Monday, May 7, 2012

Sentinel Worlds: Foreign Soil

I was just trying to help, man.

A couple of weeks ago, I was reminded about the dangers of combining business with pleasure. While on a trip to Amsterdam, I managed to spill one of my beloved gimlets all over the keyboard of my Dell Precision workstation. The Grey Goose and Rose's lime juice swiftly made their way into everything worth frying, and I was left without a computer for nine days--an event so traumatic that I'm seriously thinking about buying a spare motherboard and SIMMs to carry around with me. Fortunately, my hard drive turned out to be okay.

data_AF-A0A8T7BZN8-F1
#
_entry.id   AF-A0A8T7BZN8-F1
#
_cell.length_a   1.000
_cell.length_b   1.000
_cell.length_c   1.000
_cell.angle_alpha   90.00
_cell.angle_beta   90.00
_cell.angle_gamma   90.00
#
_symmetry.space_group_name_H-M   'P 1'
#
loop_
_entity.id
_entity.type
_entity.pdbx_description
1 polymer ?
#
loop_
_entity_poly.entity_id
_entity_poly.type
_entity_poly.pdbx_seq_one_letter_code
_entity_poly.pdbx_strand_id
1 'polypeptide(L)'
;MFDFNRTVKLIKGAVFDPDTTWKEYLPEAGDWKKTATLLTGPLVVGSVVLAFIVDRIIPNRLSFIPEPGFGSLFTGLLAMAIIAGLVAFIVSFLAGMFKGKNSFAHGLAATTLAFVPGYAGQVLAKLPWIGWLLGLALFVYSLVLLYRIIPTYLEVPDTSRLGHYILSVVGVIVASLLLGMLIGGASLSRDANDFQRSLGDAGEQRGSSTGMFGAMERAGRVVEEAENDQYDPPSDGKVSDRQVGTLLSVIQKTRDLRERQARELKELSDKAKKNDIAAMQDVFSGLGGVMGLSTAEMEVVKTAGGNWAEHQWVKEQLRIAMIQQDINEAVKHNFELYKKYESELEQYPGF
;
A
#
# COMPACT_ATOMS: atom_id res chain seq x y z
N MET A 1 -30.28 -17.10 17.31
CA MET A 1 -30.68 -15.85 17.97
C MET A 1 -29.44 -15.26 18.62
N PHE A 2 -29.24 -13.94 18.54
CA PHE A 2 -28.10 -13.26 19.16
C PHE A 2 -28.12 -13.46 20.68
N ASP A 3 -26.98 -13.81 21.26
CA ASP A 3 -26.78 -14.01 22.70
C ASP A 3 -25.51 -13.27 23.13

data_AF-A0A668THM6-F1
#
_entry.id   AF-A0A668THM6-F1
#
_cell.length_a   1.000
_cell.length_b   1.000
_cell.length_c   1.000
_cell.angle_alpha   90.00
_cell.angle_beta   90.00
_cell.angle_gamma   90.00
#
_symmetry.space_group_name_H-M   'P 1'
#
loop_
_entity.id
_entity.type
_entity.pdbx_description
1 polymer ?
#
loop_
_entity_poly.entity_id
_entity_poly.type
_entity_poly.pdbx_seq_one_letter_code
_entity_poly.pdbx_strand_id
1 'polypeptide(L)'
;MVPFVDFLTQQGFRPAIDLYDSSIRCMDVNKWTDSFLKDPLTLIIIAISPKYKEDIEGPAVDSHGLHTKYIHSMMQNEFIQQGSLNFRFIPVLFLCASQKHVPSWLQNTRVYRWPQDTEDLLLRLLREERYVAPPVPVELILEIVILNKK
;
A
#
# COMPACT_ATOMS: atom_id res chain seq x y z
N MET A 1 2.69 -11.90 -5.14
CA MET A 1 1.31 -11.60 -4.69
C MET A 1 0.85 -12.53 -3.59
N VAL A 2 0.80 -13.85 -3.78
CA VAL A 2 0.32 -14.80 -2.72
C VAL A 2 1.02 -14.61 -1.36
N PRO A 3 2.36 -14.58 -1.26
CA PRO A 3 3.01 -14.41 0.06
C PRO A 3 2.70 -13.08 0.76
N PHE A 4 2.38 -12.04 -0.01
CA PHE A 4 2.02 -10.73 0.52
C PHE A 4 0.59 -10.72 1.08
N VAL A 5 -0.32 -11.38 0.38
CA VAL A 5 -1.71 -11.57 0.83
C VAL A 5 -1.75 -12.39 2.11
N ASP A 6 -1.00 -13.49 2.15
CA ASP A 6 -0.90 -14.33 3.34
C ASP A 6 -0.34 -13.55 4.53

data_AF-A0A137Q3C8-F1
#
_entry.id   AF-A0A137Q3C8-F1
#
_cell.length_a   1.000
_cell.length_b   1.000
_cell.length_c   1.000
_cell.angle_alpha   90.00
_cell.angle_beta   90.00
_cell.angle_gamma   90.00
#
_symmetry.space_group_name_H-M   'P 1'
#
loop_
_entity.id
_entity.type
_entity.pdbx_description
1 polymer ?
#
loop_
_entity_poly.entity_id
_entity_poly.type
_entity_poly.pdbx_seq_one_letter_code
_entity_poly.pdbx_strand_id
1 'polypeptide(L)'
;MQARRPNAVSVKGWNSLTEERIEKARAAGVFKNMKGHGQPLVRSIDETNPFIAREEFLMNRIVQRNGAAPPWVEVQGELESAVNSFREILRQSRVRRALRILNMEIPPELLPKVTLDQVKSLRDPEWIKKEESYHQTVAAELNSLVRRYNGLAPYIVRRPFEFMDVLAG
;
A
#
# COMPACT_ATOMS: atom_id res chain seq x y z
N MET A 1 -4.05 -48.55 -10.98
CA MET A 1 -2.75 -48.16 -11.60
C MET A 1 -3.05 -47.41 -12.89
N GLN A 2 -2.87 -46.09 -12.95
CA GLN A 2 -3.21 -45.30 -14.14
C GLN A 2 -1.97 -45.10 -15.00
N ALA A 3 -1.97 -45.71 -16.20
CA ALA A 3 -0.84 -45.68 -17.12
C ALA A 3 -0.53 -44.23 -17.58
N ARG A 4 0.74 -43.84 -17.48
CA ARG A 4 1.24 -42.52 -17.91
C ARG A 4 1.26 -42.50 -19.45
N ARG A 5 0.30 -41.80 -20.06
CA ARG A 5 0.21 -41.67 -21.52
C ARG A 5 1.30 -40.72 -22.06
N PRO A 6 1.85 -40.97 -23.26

Let's talk about Amsterdam (there's a CRPG segue in a moment). It was my second visit, but the first time I did typically Amsterdam-y things. Although I thought it was a lovely and fun city, I was once more reminded that although I travel constantly and happily throughout the U.S., I am a horrible international traveler. From the moment I arrive in another country, I feel like I've been abducted by aliens who are testing how a real human reacts to their imperfect simulation of the world. I walk down the street and see someone who looks like me and ought to be able to communicate with me, but when I ask him a question, he starts spouting Martian. I keep saying "dollar" when I mean "Euro." The lights have switches in odd places, the toilet a button instead of a handle, and the shower control actually has a temperature knob on it. An iron and ironing board don't come with the hotel room as a matter of course. My "queen" bed is actually two twin beds pushed together. My plugs don't work. I can't figure out the air conditioning. I leave a tip for the maid, but she just puts it on the bedside table even when I leave it on top of a piece of paper that says "for housekeeping." The ticket machine at the train station ostensibly takes credit cards, but keeps asking me for a PIN. Cocktail names don't translate, and the bars don't have the mixers I'm used to. Instead of things like potato chips, the vending machines feature some weird mix of nuts with this hard not-quite-candy coating. I go abroad about nine times a year, and you'd think I'd be used to it by now, but from the moment I arrive, I usually just want to go home.